Friday, October 2, 2015

Swings and Roundabouts

In a savage attack of community spirit, Miss Pink and I have flouted the fine print on the Local Council’s OH & S charter and erected two rope swings in our local park.

To hell with the rules: there’s that big old fig and all its thick curling boughs, just begging for action.

So we did it; recycling timber from the side of my shed and some rope I used for our  IKEA Hack porch swing. Pinkster was my pilot, helping me position both swings for little legs to reach the ground.

They’re very simple, one a traditional swing with rope attached at each end of the seat (and I do use that term loosely) and the second for bigger more adventurous kids/ adults/ drunkards.  A single plank with one rope attached through the centre, for some serious out-of-control- in- all-directions swinging!

So each day since, playdates or solo, has ended at this lovely park. And so far the council sphincter police have not removed our swings.

The Orange Dog is loving it; where he never got used to missing walks on school holidays, especially those days when we were entertaining small people, now everything ends with ‘mummy can we go to the park and use the swings?’

Our other big project this week was the renovation of the cubby house, which is now Cactus Café and Organic Grocer.  Pinkster and her friends have always been keen food servers, so after I found a blow up cactus on the roadside during a council clear up, we renamed and renovated.

Adding shelves inside, an outdoor grocery stand, and long timber bench (also curb-side finds). I bought an outdoor setting from Aldi and IKEA sold us our DUKTIG cash register.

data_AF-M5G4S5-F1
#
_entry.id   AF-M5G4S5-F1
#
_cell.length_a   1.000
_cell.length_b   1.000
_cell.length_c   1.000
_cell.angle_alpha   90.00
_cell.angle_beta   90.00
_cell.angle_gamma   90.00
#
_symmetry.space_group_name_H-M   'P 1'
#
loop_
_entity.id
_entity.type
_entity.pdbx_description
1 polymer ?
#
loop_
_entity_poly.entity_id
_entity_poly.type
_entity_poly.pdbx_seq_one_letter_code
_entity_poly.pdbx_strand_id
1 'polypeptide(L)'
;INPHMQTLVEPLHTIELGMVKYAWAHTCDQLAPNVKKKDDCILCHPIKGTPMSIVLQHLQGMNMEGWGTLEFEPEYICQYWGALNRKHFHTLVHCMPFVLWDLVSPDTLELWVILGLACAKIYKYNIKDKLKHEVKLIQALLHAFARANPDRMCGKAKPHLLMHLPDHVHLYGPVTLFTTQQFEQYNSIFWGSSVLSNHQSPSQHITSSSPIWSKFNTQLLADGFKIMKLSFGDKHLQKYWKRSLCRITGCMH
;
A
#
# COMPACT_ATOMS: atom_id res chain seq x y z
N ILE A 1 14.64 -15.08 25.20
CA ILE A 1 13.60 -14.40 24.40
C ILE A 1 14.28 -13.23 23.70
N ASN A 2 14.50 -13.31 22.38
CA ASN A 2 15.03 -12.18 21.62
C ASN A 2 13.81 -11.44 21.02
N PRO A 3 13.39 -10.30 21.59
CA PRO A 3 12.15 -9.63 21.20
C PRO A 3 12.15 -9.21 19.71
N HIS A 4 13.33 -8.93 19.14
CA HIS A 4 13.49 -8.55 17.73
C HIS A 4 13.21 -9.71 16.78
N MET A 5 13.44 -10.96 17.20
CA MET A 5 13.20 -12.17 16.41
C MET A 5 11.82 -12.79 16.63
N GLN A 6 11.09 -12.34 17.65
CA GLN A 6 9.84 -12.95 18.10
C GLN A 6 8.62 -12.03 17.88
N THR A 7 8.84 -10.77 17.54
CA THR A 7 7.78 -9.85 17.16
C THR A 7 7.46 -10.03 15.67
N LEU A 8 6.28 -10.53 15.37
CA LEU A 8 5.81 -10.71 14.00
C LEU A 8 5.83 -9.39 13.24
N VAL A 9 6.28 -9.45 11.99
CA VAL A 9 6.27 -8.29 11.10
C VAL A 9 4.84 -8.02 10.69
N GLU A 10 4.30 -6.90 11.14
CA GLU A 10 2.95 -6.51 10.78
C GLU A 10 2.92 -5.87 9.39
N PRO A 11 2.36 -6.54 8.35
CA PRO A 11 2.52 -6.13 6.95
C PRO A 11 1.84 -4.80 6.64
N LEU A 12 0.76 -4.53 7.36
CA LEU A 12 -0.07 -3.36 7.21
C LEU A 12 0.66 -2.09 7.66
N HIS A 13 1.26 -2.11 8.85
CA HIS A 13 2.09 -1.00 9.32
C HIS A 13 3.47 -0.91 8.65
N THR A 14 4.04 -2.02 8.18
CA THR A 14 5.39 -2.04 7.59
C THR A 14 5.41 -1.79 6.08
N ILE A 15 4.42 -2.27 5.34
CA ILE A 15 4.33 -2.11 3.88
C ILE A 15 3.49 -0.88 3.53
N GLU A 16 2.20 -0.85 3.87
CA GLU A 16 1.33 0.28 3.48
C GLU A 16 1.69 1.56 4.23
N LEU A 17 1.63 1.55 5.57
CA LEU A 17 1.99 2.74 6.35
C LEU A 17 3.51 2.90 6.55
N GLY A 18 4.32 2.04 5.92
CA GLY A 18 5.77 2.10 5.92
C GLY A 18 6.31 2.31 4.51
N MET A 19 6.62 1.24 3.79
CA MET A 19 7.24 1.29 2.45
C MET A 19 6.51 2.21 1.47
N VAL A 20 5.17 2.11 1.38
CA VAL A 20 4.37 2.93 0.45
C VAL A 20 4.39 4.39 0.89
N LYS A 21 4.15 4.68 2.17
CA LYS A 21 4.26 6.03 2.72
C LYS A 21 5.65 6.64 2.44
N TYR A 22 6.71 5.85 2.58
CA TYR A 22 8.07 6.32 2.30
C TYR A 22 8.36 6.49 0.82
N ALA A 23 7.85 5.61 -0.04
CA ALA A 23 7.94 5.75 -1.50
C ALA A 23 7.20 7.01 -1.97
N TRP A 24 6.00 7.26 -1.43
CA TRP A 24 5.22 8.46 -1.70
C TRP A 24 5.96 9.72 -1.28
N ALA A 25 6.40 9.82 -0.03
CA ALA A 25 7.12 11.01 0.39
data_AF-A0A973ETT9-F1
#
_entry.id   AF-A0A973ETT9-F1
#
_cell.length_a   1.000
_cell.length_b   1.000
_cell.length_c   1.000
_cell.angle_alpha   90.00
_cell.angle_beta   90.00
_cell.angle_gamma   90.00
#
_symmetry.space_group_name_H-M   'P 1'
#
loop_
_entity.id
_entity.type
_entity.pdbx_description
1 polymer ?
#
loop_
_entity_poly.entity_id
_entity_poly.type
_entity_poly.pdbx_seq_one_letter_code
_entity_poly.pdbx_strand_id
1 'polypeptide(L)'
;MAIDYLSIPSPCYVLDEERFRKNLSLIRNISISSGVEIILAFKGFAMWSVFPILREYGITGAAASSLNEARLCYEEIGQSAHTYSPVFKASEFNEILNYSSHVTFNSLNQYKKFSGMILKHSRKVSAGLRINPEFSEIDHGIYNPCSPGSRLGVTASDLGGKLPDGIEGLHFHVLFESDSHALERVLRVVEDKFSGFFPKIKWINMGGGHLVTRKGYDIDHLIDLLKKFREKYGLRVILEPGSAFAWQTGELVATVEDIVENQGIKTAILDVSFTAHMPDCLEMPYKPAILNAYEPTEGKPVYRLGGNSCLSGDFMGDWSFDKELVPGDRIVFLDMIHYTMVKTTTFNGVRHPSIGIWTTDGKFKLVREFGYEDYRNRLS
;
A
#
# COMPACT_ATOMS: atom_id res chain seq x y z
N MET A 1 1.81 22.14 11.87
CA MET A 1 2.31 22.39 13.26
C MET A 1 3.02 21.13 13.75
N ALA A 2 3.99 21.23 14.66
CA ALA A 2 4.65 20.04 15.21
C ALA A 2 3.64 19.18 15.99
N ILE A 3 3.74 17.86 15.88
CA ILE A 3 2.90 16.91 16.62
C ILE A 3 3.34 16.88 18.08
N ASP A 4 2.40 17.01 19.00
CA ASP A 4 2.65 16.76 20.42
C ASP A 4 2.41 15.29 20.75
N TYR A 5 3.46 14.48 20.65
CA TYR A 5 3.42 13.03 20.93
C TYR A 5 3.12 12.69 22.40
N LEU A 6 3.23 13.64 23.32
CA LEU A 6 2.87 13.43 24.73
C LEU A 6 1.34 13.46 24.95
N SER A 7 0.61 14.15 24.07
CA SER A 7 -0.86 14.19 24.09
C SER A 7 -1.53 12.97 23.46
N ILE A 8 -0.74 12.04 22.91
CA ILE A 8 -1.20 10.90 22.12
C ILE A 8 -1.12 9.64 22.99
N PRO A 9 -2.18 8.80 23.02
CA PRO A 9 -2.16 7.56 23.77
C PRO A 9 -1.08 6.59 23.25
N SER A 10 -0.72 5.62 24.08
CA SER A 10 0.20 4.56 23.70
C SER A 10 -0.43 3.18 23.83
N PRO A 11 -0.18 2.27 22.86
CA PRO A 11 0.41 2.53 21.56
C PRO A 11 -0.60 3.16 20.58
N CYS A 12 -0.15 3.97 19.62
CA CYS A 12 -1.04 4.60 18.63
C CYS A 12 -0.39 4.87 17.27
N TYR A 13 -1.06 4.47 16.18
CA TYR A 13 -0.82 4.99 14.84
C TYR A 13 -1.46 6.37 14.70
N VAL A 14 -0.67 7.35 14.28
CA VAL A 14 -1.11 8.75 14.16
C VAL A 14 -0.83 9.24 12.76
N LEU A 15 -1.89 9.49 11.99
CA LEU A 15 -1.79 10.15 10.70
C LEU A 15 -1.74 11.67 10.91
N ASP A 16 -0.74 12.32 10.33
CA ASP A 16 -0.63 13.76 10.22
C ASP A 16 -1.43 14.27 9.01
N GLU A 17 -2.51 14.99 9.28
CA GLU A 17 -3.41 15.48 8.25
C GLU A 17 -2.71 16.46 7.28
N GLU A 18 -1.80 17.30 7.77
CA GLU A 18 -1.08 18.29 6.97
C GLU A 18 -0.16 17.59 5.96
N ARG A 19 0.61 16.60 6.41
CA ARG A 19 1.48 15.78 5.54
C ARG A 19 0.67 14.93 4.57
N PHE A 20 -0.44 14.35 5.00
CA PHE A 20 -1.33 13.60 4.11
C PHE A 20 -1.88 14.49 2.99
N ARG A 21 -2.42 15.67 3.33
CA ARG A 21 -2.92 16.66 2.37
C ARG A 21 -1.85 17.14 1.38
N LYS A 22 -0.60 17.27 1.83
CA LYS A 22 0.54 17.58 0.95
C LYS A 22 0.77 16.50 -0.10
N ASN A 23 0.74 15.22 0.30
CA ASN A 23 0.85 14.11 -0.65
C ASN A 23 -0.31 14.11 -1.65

Another curb-side find was a gorgeous rustic timber picture frame that morphed into a stylish ‘specials’ board with the help of timber I had lying around and White Knight Black Chalkboard Spray Paint. (which doesn’t need leaving overnight between coats like the paint of stuff.)

The open closed sign was more elaborate than we’d planned, Pinkster and I, but that’s par for the course with our projects:
I cut a cardboard template and cut out two cacti from craft wood, shaped these with an emery board before paining.  Then I glued these to a make-your-own doorknob sign from the hardware store.  I didn’t trust my hand writing using a paintbrush but fortunately we found some foam letter stickers in a craft shop in the perfect colour.

So between our renovated café and our park swings we’ve kept busy, had a lot of fun and so have Pinkster’s friends. 

I think we should start a community spirited movement: Random Acts of Swinging where everyone who can, puts up a swing in their local park for the kids to use.